How hackers scrape RAM to circumvent encryption

Encryption might protect data while in transit and at rest, but most organisations don't realise that while data is being processed, it's still vulnerable, according to Verizon
Written by Michael Lee, Contributor

Speaking at the company's media day forum in Singapore yesterday, Verizon Business Investigative Response managing principal Mark Goudie said that the various encryption standards today do a good job of protecting data that is at rest, such as data stored on a server or in transit across a network. But in many cases, data is left completely vulnerable during the processing stage.

"It's hard to process encrypted data. If you want to process the data, you need it unencrypted. We all know that, [but] so do the bad guys."

This has opened up servers to attack by a technique that Goudie calls RAM scraping, which examines the memory of the running web server and extracts data while it is in its processed, unencrypted state.

"If I can do it, and I'm a bad programmer ... professionals can do it far better than I can."

Goudie believes that the technique has been in use for several years, dating back to 2008, but that many organisations are simply unaware and assume that because data is encrypted at rest and in transit, the security of the information is foolproof.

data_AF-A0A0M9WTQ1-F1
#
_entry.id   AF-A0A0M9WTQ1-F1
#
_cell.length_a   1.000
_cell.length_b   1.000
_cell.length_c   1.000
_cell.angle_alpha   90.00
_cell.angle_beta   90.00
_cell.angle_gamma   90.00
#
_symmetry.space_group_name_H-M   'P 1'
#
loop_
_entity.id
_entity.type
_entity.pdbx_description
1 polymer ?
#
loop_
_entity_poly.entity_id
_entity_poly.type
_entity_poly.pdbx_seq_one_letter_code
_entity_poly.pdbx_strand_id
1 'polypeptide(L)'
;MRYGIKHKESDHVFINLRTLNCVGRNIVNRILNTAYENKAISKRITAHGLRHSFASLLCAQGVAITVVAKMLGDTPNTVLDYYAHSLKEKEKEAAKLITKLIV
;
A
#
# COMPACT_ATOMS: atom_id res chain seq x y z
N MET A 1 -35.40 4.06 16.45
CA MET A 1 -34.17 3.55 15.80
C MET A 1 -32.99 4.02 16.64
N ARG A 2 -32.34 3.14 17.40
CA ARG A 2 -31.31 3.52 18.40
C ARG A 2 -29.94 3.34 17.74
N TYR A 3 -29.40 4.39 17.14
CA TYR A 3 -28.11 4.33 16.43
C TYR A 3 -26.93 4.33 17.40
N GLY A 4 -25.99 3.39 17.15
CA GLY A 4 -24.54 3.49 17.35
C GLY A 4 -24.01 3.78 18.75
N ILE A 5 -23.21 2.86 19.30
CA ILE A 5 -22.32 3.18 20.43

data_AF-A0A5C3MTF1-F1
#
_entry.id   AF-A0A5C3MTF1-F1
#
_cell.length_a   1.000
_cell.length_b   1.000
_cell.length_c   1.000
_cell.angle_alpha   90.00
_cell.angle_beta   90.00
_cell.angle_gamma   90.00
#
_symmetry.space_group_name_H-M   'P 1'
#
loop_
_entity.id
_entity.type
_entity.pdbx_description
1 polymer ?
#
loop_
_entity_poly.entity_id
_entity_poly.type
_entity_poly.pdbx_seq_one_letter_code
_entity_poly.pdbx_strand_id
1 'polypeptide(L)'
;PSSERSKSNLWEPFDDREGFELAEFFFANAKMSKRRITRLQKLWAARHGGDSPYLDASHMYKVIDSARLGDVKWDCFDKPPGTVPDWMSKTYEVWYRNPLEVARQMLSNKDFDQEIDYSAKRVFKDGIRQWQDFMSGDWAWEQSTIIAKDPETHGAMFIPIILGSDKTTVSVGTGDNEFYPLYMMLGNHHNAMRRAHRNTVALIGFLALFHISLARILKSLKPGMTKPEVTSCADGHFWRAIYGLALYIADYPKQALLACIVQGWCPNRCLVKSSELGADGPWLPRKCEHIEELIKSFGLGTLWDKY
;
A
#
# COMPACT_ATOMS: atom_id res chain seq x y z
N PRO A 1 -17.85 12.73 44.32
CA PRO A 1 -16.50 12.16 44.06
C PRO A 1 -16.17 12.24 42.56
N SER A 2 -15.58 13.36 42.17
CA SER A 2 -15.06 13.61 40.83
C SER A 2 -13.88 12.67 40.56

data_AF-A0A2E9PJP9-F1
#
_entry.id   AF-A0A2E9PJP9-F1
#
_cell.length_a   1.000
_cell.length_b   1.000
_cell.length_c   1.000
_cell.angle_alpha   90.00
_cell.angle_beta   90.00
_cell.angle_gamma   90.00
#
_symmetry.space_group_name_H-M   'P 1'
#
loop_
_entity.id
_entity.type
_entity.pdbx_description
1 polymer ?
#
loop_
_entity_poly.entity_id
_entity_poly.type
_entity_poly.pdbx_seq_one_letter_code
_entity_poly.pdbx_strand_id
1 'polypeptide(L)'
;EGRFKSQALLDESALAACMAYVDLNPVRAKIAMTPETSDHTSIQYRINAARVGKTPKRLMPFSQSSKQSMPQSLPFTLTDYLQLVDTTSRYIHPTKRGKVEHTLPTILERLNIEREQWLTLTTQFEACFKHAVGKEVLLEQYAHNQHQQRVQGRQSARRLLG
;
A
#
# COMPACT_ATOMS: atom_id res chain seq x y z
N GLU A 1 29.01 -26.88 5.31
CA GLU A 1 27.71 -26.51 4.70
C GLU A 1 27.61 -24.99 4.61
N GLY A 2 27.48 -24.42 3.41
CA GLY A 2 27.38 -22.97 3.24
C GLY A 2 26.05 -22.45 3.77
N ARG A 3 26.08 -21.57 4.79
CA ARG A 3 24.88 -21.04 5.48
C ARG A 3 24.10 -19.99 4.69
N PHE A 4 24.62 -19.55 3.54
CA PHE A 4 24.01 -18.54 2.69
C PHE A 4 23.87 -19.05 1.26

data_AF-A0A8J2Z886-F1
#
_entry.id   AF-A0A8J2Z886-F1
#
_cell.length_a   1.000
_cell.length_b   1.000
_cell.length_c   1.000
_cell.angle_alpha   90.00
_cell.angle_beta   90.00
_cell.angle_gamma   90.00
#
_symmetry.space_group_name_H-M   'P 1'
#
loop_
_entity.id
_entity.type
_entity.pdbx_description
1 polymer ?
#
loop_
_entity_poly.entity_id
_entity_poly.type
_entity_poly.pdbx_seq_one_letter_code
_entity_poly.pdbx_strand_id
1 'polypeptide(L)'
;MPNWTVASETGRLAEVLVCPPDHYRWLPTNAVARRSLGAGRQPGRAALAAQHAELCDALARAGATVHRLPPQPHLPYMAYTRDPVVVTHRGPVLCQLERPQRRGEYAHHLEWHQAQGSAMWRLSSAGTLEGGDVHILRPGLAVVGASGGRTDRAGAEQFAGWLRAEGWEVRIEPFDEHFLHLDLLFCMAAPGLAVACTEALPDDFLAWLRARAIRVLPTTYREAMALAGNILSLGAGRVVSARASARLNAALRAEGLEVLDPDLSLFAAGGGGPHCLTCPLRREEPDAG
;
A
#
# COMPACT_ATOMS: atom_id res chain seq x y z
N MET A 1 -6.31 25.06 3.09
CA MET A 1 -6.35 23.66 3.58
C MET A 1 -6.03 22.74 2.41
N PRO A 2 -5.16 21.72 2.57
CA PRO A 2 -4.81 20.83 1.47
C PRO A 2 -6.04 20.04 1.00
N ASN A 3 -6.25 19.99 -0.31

"This is what I hear all the time: 'We could not have possibly been hacked, because we don't store any sensitive data, we just send it off to somebody else.'"

Goudie demonstrated the attack to journalists, using a fictitious e-commerce site that never stores credit card information — a practice that many retailers do when they take payment details and pass them on to a third-party payment processor.

However, the web server must handle the information during processing, and it is here that it appears in the memory of the server in its unencrypted form, allowing Goudie to retrieve the information.

"I grabbed the processes, I found where the memory locations were, I got the memory locations, and I looked through it."

Goudie said that while this demonstrated how easy it is to farm credit card numbers, this is just one application of how RAM scraping could be used.

"I'm not just talking about credit card numbers. Credit card numbers are just the most prolific and obvious examples. Any data that you can make a regular expression out of, like a name or an address, all these things are things you can search for [and] anything that you can search for and find can be pulled out."

Michael Lee travelled to Singapore as a guest of Verizon Enterprise Solutions.

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